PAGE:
“If the CMO truly walks in their customers shoes, experiences painful multichannel customer contact designs, observes the effect of missing / late deliveries, spots the huge frustration from customers that can't easily ask a question across the channel they want, and in the way they want, AND THEN if they truly take the time to understand the customers pain points, and empower the right people to address them, then that can be used to positively influence the entire company's brand and marketing strategy. But the reality is this is a very rare situation indeed.”
Keith Gait, leader at The Customer Experience Foundation, and former customer services director at Stagecoach Bus, believes that the trend of marketing people taking chief customer officer roles will still continue until CX gets its house in order. “Marketing and customer are being bundled into the same responsibilities. No-one from CX land like that - but we’re losing the argument.
“We perennially seem to have a wider debate about what the CCO role actually is. We could line up 15 or 20 CX "experts" from across the globe, and we would barely be able to get them to agree that it's Tuesday. That's typical of our profession. The industry doesn't help itself. Meanwhile, marketing are marching their tanks on our lawn.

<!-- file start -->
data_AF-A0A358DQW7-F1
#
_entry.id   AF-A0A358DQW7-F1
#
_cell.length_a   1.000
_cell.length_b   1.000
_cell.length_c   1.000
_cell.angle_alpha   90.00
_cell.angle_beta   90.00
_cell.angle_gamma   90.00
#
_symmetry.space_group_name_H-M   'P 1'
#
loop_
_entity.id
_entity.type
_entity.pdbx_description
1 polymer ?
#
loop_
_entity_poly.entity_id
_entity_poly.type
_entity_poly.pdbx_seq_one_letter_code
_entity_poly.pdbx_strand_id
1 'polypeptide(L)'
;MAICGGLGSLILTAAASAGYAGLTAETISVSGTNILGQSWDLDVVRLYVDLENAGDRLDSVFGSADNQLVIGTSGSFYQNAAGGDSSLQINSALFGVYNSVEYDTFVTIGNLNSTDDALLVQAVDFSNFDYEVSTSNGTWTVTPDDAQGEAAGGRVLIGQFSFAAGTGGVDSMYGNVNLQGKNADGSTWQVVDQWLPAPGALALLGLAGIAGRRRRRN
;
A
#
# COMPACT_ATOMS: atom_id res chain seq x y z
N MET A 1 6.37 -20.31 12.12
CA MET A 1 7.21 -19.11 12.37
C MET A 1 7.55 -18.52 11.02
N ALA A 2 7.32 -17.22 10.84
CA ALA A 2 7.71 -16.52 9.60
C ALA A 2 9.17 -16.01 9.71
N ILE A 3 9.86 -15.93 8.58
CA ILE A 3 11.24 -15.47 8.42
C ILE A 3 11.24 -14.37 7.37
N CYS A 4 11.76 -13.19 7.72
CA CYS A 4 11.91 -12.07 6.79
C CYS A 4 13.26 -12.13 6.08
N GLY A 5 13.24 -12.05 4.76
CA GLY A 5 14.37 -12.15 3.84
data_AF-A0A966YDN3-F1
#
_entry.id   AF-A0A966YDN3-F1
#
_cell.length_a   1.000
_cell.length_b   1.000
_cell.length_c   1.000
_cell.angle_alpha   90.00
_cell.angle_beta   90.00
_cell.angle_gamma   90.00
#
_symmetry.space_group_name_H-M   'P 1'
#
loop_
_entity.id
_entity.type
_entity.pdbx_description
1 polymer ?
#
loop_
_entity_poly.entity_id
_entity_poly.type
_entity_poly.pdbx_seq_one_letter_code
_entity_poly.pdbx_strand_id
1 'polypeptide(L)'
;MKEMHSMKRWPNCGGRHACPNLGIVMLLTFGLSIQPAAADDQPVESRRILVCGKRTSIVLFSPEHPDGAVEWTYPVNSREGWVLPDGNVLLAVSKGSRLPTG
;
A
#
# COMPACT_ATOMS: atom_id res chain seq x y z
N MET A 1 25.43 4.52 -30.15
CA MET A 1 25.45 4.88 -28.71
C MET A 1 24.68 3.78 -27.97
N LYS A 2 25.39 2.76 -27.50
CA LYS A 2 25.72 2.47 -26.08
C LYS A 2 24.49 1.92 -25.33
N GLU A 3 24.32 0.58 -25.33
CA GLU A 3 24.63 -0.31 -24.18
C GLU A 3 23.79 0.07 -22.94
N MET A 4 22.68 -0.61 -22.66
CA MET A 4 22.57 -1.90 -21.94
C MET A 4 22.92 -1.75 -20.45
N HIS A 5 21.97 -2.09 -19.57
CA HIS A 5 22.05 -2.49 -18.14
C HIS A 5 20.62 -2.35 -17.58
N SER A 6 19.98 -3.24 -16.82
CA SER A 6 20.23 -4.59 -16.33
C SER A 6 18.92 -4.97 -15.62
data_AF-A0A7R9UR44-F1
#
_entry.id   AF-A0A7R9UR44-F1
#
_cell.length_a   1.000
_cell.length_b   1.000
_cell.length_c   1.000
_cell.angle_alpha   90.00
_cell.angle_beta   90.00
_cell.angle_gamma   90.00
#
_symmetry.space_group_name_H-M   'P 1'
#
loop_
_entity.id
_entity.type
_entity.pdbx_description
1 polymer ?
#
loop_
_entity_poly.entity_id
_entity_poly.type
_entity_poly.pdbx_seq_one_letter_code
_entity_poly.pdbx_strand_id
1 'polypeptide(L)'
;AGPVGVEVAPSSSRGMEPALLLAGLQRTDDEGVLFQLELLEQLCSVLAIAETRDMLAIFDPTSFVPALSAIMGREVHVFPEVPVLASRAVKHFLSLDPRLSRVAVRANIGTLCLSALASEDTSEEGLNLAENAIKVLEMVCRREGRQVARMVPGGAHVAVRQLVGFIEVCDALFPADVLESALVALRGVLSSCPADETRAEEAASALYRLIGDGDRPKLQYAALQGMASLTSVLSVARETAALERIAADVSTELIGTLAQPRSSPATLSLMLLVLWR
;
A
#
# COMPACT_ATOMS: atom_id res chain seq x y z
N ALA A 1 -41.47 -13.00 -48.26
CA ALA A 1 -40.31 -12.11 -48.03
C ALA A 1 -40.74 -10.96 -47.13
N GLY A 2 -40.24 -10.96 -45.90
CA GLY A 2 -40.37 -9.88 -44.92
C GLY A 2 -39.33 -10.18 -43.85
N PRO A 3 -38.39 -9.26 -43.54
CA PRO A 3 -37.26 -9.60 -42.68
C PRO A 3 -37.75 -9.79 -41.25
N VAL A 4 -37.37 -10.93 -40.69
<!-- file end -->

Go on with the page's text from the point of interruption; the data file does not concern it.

“We have to define that CX is not just marketing. Marketing fought for years to define that they were not just sales. How did they do that? A large part of it was through professional development, standards and education. The CIM and DMA did a great job of that, but it took many years."
Food for thought while we wait to see if Bloomin' Brands has made the right decision for its business.
Neil Davey was previously the editor of MyCustomer from 2007 until May 2023. An experienced business journalist and editor, Neil has worked on a variety of newspapers, magazines and websites over the past 20 years, including Internet Works, CXO magazine and Business Management.
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I'm inclined to agree that it's shortsighted, Neil. For all the reasons that research proves there is a great ROI on all customer management activities, it seems shortsighted. But it's not only this type of action. In one "State of CX" report I saw recently, (by Annette Franz in GetFeedback,) the conclusion was that by far the biggest group of CX professionals (20%) reported into the IT department. This sounds crazy to me, especially since most IT people I know look down on customers with disdain. (Huge generalisation, I know.) But the fact of the matter is, CX professionals are downgraded, and we only have ourselves to blame.
(Report is here: https://www.getfeedback.com/resources/cx/the-2022-state-of-the-cx-profes... )